3 Great Musky Flies for Canada

Featured in Musky Hunter Magazine, June/July 2022

If you haven’t already read last month’s article on pre-spawn Musky, make sure to check it out. Understanding pre-spawn habits and how Musky behavior changes as the season progresses is paramount for being successful as a Musky angler (and even more so with a fly rod). Knowing where to find fish after ice out and the type of forage fish are keying in on are two of the most important considerations to start with when breaking down your fishery.

Once you understand where they’re feeding, what they’re eating, and how that changes from pre-spawn through summer and fall, next is deciding what flies to use. Oversimplifying, don’t be afraid to fish small flies after ice out and fast. Patterns in the 5- to 7- inch range are a great place to start. You want flies that turn, glide, jig, and/or swim erratically. Don’t be afraid to upsize either, especially if you’ve located a mega or if your smaller offering seemed to result in a neutral follow. Fly color is a distant third consideration after action and size, so fish what you have confidence in to stay focused.

As a reminder, stripping as fast as you can with a fly rod isn’t going to approach the retrieve rates of traditional baitcasting reels. Mix it up and retrieve slower in some situations, but we’re trying to trigger eats from an apex predator, and it’s unnatural for a prey species to make it easy for our quarry.

Now that we’ve established some general guidelines, let’s talk about a few favorite patterns for Musky on the fly in Canada.

The Smoker: John Cooper

The Smoker is an evolution of the classic Buford with twin rabbit strip tails. This fly catches big fish from early through late season pretty much everywhere, in both stillwater and current. For tying your own, start with a short shank and a short regular tie in of bucktail. We usually cut a regular rabbit strip in half for this pattern. Your favorite limp flash comes next. One more tie in of bucktail (this time, reverse tied) completes the rear shank of this pattern. My favorite hook for this fly is a 4/0 Kona Big Game Carnivore (BGC). Once you connect your shank to the front hook, reverse ties and a brush or Buford head finish this one off. This fly ends up being in the 8” to 9” range on the hardware arrangement above, though can also be downsized.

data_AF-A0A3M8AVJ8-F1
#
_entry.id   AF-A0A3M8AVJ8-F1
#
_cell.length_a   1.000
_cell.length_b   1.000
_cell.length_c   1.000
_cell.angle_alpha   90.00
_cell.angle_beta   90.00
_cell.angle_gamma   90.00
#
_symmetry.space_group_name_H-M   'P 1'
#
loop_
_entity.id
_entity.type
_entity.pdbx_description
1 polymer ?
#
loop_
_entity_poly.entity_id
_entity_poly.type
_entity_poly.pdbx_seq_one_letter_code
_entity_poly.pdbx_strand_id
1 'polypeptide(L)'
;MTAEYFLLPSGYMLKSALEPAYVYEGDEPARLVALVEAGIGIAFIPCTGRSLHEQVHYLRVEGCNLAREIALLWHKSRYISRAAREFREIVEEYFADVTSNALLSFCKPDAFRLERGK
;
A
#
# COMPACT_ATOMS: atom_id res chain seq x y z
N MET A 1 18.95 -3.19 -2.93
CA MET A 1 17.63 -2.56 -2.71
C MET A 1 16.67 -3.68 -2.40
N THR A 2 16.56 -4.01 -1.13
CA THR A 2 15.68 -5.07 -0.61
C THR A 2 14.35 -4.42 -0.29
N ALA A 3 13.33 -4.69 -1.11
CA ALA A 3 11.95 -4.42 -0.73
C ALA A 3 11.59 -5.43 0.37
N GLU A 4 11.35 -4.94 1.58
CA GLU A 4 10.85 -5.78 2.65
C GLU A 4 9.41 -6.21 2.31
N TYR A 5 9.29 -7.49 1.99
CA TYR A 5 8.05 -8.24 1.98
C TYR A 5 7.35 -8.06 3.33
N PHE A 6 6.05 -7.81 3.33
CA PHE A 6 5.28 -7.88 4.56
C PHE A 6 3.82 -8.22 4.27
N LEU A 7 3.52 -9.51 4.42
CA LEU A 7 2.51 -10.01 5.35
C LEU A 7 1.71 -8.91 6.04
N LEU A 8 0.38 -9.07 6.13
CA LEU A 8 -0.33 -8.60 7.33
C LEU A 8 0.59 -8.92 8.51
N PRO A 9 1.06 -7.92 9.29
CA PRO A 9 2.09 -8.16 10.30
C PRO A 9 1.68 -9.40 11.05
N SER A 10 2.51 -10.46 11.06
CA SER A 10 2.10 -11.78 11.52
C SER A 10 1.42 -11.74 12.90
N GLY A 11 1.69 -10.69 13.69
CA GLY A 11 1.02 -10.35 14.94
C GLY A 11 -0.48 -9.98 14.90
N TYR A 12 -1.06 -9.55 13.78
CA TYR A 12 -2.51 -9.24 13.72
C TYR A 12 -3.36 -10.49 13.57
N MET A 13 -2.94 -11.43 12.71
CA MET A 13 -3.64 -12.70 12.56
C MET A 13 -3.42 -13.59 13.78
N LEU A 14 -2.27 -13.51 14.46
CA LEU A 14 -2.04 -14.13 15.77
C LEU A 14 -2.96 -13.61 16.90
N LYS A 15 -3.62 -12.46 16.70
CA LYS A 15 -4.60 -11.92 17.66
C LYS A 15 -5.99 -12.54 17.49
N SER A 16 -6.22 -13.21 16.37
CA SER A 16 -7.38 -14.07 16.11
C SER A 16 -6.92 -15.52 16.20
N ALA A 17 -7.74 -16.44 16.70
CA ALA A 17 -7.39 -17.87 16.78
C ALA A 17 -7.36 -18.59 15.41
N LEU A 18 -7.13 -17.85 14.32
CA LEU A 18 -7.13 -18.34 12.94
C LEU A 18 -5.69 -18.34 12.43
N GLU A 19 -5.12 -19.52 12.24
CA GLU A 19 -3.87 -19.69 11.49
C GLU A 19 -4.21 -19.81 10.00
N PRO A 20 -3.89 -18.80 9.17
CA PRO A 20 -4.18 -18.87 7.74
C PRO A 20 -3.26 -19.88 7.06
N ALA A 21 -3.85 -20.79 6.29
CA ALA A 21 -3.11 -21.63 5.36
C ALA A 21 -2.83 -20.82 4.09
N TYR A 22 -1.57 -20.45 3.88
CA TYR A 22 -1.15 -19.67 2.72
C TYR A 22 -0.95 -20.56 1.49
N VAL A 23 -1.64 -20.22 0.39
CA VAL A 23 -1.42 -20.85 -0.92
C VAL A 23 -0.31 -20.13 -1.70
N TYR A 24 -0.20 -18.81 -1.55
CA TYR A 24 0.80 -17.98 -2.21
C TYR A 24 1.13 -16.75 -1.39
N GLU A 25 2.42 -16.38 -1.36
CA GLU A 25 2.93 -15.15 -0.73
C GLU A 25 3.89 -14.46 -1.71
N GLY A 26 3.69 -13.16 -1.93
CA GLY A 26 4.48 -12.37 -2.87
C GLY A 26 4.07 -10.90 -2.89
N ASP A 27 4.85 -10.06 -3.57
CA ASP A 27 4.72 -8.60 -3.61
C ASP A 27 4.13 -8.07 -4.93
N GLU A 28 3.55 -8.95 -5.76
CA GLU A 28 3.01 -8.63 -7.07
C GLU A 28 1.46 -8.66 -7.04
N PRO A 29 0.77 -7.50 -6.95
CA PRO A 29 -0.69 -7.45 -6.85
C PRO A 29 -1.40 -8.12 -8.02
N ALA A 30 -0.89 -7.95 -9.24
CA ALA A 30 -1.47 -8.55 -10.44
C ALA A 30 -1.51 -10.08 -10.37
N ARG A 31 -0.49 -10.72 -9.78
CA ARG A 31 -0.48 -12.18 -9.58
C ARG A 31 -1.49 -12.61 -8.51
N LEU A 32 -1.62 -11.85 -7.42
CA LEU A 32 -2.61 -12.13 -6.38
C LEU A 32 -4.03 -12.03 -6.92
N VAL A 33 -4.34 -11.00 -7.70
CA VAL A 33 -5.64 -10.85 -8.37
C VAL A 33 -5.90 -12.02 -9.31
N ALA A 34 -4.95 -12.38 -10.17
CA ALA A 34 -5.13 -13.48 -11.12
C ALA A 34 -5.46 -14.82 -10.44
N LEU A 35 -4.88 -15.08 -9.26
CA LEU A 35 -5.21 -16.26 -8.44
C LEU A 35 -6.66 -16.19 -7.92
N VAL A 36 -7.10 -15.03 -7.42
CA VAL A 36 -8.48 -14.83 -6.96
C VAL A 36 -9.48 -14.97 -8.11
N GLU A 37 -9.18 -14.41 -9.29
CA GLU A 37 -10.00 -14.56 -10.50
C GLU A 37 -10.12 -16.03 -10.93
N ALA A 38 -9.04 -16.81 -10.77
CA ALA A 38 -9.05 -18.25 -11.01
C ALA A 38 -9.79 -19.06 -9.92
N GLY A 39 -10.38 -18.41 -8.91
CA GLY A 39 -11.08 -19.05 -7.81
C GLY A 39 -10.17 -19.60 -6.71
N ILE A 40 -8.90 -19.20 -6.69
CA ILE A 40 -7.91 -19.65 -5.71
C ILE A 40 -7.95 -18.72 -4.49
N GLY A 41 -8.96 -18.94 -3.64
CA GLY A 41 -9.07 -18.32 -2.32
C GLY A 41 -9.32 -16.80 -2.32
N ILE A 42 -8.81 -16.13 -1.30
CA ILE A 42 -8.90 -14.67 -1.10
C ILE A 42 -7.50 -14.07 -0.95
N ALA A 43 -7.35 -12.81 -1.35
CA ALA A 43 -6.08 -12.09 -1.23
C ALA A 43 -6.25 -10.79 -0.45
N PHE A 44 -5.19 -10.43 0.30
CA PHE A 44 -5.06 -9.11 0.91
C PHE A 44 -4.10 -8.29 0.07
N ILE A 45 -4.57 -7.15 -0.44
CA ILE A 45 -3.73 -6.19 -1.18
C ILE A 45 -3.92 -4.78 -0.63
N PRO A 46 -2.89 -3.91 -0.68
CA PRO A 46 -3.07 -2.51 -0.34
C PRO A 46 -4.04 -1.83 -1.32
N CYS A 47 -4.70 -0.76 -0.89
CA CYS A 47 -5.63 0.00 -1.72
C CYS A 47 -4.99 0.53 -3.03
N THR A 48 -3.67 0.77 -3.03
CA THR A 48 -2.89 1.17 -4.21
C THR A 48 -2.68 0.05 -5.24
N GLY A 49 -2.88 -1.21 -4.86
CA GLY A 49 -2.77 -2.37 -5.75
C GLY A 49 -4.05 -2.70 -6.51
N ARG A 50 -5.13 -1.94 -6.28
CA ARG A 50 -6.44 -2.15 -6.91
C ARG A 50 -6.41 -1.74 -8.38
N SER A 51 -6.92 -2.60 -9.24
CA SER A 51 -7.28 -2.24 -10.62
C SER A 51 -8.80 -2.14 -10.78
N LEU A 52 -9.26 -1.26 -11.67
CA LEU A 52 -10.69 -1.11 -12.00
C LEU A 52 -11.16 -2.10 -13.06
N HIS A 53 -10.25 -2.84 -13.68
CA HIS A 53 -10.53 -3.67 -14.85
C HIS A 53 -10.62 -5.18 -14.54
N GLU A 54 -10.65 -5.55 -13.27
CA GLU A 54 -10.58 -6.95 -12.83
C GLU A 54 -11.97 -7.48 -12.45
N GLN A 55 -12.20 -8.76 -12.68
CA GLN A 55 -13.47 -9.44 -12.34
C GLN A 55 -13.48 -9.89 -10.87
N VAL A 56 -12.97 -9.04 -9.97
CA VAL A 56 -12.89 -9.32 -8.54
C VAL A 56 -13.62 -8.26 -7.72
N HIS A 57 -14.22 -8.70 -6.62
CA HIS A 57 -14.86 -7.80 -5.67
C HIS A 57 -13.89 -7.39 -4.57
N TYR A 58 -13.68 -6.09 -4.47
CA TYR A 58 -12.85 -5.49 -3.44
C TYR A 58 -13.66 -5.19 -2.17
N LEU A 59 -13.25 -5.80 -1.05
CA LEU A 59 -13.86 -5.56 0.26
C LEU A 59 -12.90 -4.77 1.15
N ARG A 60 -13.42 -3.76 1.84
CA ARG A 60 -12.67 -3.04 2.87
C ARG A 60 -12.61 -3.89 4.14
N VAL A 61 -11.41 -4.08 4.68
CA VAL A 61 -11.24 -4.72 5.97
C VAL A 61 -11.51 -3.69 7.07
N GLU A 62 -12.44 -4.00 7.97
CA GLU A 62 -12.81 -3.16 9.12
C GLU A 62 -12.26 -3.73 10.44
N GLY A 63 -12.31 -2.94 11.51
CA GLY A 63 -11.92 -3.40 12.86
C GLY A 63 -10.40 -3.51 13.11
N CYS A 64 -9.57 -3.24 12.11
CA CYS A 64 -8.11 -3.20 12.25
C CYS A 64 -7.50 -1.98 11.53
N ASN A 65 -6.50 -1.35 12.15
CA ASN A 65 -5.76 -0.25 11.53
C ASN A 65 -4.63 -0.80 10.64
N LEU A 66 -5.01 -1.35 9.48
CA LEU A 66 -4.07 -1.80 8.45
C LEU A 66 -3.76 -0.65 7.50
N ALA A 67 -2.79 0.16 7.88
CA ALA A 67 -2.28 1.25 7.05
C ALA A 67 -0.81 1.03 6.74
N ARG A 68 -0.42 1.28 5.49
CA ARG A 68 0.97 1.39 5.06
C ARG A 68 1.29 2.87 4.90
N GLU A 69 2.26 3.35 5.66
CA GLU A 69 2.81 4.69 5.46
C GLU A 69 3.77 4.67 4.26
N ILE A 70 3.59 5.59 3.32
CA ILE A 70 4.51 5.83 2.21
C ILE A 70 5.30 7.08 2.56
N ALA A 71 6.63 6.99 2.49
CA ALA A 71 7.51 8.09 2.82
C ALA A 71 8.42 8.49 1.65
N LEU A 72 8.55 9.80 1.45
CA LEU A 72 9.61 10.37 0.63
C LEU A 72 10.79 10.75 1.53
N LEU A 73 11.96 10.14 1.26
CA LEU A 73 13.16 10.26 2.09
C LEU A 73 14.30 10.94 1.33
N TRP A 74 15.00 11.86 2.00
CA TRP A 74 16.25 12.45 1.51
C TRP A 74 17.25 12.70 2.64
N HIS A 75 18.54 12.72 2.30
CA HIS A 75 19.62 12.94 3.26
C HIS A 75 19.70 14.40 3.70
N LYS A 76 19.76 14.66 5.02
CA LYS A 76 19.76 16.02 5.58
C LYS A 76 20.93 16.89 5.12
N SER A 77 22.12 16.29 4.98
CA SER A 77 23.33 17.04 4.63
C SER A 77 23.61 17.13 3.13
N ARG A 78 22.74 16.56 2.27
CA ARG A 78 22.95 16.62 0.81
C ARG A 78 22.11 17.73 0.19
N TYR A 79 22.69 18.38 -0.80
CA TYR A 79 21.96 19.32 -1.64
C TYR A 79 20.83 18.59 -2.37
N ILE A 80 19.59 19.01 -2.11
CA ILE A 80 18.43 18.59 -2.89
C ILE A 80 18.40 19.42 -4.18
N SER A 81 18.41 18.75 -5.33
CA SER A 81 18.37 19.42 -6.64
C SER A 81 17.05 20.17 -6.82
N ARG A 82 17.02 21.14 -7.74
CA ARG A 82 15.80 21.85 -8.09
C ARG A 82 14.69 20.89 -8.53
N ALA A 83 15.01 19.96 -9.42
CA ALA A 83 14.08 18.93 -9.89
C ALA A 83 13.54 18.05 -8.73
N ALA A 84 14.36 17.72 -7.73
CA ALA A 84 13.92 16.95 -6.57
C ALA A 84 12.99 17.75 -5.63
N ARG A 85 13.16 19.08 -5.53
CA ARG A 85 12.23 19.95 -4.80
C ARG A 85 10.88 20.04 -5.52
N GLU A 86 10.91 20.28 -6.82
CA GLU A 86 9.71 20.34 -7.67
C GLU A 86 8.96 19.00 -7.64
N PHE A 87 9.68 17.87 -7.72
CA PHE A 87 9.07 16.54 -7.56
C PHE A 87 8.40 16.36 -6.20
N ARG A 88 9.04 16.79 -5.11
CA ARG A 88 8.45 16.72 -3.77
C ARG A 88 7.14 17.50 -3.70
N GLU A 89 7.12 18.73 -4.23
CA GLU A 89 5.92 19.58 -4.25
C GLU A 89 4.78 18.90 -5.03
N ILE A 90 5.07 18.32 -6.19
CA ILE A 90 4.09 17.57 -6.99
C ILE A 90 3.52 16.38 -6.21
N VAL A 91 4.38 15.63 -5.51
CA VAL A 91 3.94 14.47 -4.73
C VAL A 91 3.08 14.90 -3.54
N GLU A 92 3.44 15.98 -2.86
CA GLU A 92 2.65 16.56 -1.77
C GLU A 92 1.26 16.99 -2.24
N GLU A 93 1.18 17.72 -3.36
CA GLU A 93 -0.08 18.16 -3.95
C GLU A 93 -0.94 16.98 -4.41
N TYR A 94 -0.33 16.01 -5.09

3 Great Musky Flies for Canada | The Smoker | Musky Town


This Canadian 49” Musky ate Jeremy Boulier’s black and gold Smoker before a quick pic and safe release.

The Bucktail Game Changer: Marlon Prince

            Made up of 4-5 28mm shanks and a 40 mm front shank, Marlon’s take on Blane Chocklett’s Game Changer platform wears a 6/0 Kona Big Game Hunter (BGH) or treble (split ringed in between the front two shanks). The tail section gets a bunch of shorter schlappen. The rest of the fly is relatively straightforward. Just make sure to use a good support brush before building your taper with bucktail and topping each section off with a touch of flash. The reverse bucktail tie ins on each shank get progressively longer until the final long bulkhead tie in shortens back down into the head taper. The hardware configuration above ends up coming in at 8-10 inches, but this pattern can also be downsized with either shorter shanks or by reducing how many shanks you use.

 3 Great Musky Flies for Canada | Bucktail Changer | Musky Town

Marlon Prince of Saint Johnny Sox in New Brunswick has great success on this fly all year long.

The Musky Slider: Evan Gillis

            Evan Gillis has his own take on a glide style baitfish fly. These are tied on a 6/0 front Partridge Universal Predator X and rear 4/0 Partridge Attitude Extra, though any long-shanked, wide gapped hooks will do. These are usually tied on the longer side, but can also be shortened. The first bucktail clump is tied in regular, followed by two Whiting Schlappen feathers, then a reverse bucktail tie in, two more Whiting Schlappen feathers (1/2 as long this time), then build your profile with reverse ties from there. The most important parts of this pattern are a rattle on the top of the front hook with reverse tied Squimpish or Sparkle Blend to complete the head before gluing on your eyes.

3 Great Musky Flies for Canada | Musky Slider | Musky Town

Evan Gillis caught this healthy Canadian Musky on his Musky Slider pattern.

As with all Musky Flies, make sure to start sparse and build density toward the head. Check out Musky Town’s Tying With The Pros fly tying video series for more helpful tutorials, tying tips, fishing intel, and more!